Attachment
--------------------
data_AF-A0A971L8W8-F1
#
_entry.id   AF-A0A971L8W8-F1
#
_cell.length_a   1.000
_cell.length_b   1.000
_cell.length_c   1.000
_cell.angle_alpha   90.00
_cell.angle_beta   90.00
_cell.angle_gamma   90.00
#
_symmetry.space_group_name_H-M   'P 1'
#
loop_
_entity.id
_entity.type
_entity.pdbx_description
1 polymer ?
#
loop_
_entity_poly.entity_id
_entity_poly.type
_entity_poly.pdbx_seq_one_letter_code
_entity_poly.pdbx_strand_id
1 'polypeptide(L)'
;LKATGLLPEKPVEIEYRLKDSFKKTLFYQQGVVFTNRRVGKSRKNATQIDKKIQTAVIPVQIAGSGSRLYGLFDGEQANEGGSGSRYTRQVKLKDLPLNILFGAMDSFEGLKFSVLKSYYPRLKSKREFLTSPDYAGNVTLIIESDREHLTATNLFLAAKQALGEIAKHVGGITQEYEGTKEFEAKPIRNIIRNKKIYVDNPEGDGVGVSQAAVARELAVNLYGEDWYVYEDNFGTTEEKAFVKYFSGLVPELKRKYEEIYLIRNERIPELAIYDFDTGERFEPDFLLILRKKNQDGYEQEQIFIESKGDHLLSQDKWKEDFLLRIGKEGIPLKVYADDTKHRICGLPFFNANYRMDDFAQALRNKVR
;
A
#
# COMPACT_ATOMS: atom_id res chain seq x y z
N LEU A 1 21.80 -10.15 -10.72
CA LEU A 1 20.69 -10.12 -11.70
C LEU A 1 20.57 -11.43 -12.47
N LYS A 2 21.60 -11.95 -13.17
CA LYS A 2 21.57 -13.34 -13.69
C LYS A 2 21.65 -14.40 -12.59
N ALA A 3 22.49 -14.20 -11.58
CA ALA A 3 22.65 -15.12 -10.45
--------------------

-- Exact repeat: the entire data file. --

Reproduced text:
data_AF-A0A971L8W8-F1
#
_entry.id   AF-A0A971L8W8-F1
#
_cell.length_a   1.000
_cell.length_b   1.000
_cell.length_c   1.000
_cell.angle_alpha   90.00
_cell.angle_beta   90.00
_cell.angle_gamma   90.00
#
_symmetry.space_group_name_H-M   'P 1'
#
loop_
_entity.id
_entity.type
_entity.pdbx_description
1 polymer ?
#
loop_
_entity_poly.entity_id
_entity_poly.type
_entity_poly.pdbx_seq_one_letter_code
_entity_poly.pdbx_strand_id
1 'polypeptide(L)'
;LKATGLLPEKPVEIEYRLKDSFKKTLFYQQGVVFTNRRVGKSRKNATQIDKKIQTAVIPVQIAGSGSRLYGLFDGEQANEGGSGSRYTRQVKLKDLPLNILFGAMDSFEGLKFSVLKSYYPRLKSKREFLTSPDYAGNVTLIIESDREHLTATNLFLAAKQALGEIAKHVGGITQEYEGTKEFEAKPIRNIIRNKKIYVDNPEGDGVGVSQAAVARELAVNLYGEDWYVYEDNFGTTEEKAFVKYFSGLVPELKRKYEEIYLIRNERIPELAIYDFDTGERFEPDFLLILRKKNQDGYEQEQIFIESKGDHLLSQDKWKEDFLLRIGKEGIPLKVYADDTKHRICGLPFFNANYRMDDFAQALRNKVR
;
A
#
# COMPACT_ATOMS: atom_id res chain seq x y z
N LEU A 1 21.80 -10.15 -10.72
CA LEU A 1 20.69 -10.12 -11.70
C LEU A 1 20.57 -11.43 -12.47
N LYS A 2 21.60 -11.95 -13.17
CA LYS A 2 21.57 -13.34 -13.69
C LYS A 2 21.65 -14.40 -12.59
N ALA A 3 22.49 -14.20 -11.58
CA ALA A 3 22.65 -15.12 -10.45